A recent study found that low concentrations of cannabidiol (CBD) can increase the intoxicating effects of tetrahydrocannabinol (THC) and that high concentrations of CBD alone can provoke slight levels of intoxication. These discoveries, published this January in the journal European Archives of Psychiatry and Clinical Neuroscience, challenge previously held ideas about CBD—that it curtails some of the intoxicative effects of THC and that CBD isn’t intoxicating in itself. If these findings prove to be correct, they offer valuable information for the makers of medicinal cannabis products as they consider appropriate dosages.
The study, conducted by a team of Australian researchers, asked 36 participants to vaporize varying quantities of CBD and THC, both independently and in conjunction. At intervals of one week, the participants vaped a placebo, a standard dose of 8mg of THC, a combination of THC and CBD similar to that found in cannabis products (8mg and 4mg, respectively), a combination of the two cannabinoids featuring a high dose of CBD (12mg THC, 400mg CBD), and finally a dose of 400mg CBD alone. Researchers gauged levels of intoxication based on self-reports as well as blood samples and blood pressure data from the participants.
Prior to this study, conventional wisdom regarding CBD held that it subtly negates the elevated mood produced by THC. In other words, people thought combining CBD with THC would get you less stoned than if you consumed only THC. Researchers found that this holds true when the amount of CBD consumed is very high (as in the 12mg THC, 400mg CBD mix). But when the dosages of CBD were lowered to a level more commonly found in cannabis products, participants’ subjective levels of intoxication were greater than those produced by THC alone, especially in infrequent cannabis users. In other words, a lot of CBD can make the sensation of being stoned less intense, but a little bit of CBD can actually amp up the intoxicating effects of THC.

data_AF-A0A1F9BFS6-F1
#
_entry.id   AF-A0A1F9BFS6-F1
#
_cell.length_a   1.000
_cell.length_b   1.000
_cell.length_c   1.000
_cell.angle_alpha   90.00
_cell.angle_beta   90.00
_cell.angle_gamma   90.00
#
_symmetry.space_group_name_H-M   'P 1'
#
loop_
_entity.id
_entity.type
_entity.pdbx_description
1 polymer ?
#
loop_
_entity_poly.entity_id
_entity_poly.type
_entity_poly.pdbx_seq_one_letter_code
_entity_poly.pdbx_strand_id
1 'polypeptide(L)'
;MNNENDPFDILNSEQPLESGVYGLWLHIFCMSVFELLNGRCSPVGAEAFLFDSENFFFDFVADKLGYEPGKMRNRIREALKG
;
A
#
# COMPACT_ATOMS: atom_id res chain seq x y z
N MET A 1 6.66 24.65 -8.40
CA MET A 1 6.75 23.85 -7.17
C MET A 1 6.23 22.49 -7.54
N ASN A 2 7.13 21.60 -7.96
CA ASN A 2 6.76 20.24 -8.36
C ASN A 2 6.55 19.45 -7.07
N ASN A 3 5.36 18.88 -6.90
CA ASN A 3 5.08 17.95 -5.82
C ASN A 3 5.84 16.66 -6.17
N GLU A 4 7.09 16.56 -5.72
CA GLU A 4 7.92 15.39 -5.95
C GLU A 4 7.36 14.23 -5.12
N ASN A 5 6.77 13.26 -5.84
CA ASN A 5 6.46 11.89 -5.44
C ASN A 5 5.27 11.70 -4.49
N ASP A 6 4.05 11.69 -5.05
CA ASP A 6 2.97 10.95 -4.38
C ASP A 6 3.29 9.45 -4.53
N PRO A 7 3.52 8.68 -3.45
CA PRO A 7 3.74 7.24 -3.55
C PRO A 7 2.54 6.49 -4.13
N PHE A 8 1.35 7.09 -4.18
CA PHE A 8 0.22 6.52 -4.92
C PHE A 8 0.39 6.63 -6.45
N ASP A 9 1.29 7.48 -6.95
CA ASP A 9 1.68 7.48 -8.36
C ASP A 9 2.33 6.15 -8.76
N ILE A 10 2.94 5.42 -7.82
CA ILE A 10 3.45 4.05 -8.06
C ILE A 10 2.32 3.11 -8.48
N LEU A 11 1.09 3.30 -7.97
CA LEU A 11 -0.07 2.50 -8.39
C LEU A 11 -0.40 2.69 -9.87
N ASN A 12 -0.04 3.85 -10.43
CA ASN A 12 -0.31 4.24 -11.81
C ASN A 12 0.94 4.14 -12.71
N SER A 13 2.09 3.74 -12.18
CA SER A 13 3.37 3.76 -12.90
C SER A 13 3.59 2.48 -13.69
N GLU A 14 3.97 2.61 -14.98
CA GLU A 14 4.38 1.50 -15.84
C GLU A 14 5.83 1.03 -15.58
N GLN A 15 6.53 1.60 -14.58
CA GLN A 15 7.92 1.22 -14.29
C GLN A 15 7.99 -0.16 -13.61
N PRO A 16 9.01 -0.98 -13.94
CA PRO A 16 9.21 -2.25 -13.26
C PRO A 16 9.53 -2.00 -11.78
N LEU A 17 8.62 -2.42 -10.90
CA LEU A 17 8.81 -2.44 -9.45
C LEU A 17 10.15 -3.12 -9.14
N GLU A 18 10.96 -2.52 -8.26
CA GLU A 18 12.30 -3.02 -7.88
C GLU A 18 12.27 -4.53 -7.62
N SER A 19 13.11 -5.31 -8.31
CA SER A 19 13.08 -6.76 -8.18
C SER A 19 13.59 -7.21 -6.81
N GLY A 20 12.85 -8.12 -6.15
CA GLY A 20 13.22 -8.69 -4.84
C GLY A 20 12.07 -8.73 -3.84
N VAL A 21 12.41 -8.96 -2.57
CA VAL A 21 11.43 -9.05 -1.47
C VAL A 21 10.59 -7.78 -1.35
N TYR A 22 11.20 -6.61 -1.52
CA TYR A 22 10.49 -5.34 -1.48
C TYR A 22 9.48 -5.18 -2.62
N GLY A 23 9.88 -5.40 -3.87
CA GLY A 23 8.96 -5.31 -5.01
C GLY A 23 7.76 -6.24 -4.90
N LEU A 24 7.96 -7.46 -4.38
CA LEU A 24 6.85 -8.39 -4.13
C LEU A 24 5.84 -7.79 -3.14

“The finding that low doses of CBD may potentiate effects of THC has significant implications for consideration of proportions of THC and CBD that may be recommended within plant matter,” the researchers noted. “With cannabis increasingly being used for medicinal purposes, it is important to ensure that harms are minimized in favor of boosting therapeutic properties.”
The study also published findings that challenge the idea that CBD doesn’t produce intoxication. Based on participants’ subjective reports, researchers concluded that, “CBD showed some intoxicating properties relative to placebo.” This is the first time that intoxication via CBD has been published in the scientific literature around cannabis, and, as CBD is becoming more and more common, it could be important knowledge for some CBD users. The study explains that, “While intoxication per se is not necessarily harmful overall, it is not welcome by many clinical patients, and it may be harmful in situations such as driving under the influence of cannabis.”
The research does come with at least one caveat. The lead researcher, Dr. Nadia Solowij, has published more than 100 studies on cannabis, and her findings regularly paint cannabis in a negative light. (We looked at more than 20 studies she co-authored, and the findings were all negative.) This arguably suggests a potential for bias that should be taken into account. Regardless, the current study still provides further evidence that society needs continued and well-funded research into these unique substances as they continue to be integrated into our culture.